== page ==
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Inflation persistence and flexible prices

  • Robert Dittmar
  • William T. Gavin
  • Finn E. Kydland

If the central bank follows an interest rate rule, then inflation is likely to be persistence, even when prices are fully flexible. Any shock, whether persistent or not, may lead to inflation persistence. In equilibrium, the dynamics of inflation are determined by the evolution of the spread between the real interest rate and the central bank’s target. Inflation persistence in U.S. data can be characterized by a vector autocorrelation function relating inflation and deviations of output from trend. This paper shows that a flexible-price general equilibrium business cycle model with money and a central bank using an interest rate target can account for such inflation persistence.

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Paper provided by Federal Reserve Bank of St. Louis in its series Working Papers with number 2001-010.

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Date of creation: 2004
Date of revision:
Publication status: Published in International Economic Review, February 2005, 46(1), pp. 245-61
Handle: RePEc:fip:fedlwp:2001-010
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  1. Runkle, David E, 1987. "Vector Autoregressions and Reality," Journal of Business & Economic Statistics, American Statistical Association, vol. 5(4), pages 437-42, October.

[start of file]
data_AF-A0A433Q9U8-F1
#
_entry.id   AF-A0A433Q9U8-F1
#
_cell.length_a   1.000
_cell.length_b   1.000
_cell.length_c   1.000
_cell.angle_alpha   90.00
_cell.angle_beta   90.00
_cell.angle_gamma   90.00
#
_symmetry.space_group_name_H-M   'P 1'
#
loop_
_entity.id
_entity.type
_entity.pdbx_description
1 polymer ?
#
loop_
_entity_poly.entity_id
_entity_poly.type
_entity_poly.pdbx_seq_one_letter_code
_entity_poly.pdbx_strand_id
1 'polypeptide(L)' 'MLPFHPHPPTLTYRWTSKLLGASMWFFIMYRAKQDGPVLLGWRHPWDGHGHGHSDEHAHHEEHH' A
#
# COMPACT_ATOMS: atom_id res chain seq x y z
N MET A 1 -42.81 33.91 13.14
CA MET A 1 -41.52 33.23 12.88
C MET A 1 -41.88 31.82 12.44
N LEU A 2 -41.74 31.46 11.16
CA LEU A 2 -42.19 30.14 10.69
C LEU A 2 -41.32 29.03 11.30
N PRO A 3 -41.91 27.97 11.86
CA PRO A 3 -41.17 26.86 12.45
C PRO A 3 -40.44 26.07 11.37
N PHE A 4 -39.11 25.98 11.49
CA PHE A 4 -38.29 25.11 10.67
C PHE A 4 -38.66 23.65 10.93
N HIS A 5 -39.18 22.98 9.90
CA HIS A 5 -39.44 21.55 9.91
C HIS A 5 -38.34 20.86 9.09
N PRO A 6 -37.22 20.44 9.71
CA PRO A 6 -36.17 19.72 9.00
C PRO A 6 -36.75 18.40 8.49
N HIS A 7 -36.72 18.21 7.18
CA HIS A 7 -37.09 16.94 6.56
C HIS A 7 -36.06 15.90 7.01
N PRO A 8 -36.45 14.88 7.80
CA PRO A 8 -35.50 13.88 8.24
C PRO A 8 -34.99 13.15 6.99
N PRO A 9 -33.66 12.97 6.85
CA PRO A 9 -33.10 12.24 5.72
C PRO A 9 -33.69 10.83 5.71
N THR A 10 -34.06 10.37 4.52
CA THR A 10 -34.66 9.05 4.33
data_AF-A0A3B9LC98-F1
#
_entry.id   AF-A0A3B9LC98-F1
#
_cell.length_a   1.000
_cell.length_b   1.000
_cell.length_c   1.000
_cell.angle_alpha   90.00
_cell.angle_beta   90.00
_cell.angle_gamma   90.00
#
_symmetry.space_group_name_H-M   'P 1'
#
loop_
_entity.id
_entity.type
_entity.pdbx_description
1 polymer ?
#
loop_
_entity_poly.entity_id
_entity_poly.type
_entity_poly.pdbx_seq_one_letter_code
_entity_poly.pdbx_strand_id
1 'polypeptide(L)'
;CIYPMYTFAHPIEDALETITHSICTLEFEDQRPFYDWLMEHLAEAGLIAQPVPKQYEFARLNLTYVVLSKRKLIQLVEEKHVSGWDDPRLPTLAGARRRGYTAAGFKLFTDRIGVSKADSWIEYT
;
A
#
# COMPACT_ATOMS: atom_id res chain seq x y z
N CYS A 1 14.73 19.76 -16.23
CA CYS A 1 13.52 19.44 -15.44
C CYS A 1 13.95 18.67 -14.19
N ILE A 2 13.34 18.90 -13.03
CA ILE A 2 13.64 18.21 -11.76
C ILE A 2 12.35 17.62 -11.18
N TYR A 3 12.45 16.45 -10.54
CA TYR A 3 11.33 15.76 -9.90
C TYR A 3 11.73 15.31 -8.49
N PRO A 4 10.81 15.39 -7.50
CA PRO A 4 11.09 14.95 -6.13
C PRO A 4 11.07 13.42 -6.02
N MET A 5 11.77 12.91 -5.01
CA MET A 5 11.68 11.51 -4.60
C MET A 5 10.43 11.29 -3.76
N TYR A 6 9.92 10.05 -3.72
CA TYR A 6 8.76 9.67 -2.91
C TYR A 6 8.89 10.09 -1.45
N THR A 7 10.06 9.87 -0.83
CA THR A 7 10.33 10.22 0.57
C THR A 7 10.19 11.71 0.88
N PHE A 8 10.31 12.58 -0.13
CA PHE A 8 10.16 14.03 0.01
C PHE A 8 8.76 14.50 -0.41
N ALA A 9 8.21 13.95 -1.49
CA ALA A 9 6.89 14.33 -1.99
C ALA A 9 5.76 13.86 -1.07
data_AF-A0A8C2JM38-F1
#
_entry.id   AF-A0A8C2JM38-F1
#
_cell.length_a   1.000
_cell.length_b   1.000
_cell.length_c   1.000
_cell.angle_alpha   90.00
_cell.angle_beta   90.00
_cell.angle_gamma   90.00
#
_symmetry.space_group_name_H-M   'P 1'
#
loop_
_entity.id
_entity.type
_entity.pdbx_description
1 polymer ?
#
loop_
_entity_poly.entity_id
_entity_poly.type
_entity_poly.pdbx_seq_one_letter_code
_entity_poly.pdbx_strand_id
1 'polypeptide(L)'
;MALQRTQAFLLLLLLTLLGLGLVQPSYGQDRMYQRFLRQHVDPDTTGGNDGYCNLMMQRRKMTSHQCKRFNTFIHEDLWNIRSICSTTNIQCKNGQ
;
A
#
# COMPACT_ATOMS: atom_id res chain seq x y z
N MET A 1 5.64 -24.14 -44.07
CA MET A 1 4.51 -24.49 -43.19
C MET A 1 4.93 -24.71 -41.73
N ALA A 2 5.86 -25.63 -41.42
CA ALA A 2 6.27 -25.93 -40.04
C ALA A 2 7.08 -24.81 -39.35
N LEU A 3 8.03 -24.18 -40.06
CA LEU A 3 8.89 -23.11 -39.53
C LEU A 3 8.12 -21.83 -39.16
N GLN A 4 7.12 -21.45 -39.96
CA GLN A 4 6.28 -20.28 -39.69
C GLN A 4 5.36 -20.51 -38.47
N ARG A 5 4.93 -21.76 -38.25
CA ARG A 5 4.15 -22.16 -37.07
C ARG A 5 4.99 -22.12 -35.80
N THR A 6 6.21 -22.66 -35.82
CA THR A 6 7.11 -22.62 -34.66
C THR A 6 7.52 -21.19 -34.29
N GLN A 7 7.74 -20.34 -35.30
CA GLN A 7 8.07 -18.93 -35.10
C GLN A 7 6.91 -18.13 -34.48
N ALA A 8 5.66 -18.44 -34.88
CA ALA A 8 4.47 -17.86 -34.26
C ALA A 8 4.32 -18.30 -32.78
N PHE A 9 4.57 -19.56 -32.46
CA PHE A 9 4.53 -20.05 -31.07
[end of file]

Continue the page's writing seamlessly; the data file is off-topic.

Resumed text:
2. Taylor, John B., 1993. "Discretion versus policy rules in practice," Carnegie-Rochester Conference Series on Public Policy, Elsevier, vol. 39(1), pages 195-214, December.
  3. Jeff Fuhrer & George Moore, 1993. "Inflation persistence," Finance and Economics Discussion Series 93-17, Board of Governors of the Federal Reserve System (U.S.).
  4. Clarida, Richard & Galí, Jordi & Gertler, Mark, 1998. "Monetary Policy Rules and Macroeconomic Stability: Evidence and Some Theory," CEPR Discussion Papers 1908, C.E.P.R. Discussion Papers.
  5. Mulligan, Casey B & Sala-I-Martin, Xavier X, 1997. "The Optimum Quantity of Money: Theory and Evidence," Journal of Money, Credit and Banking, Blackwell Publishing, vol. 29(4), pages 687-715, November.
  6. Robert E. Lucas, Jr., 2000. "Inflation and Welfare," Econometrica, Econometric Society, vol. 68(2), pages 247-274, March.
  7. David E. Runkle, 1987. "Vector autoregressions and reality," Staff Report 107, Federal Reserve Bank of Minneapolis.
  8. Gary D. Hansen & Edward C. Prescott, 1992. "Recursive methods for computing equilibria of business cycle models," Discussion Paper / Institute for Empirical Macroeconomics 36, Federal Reserve Bank of Minneapolis.
  9. Sims, Christopher A, 1980. "Macroeconomics and Reality," Econometrica, Econometric Society, vol. 48(1), pages 1-48, January.
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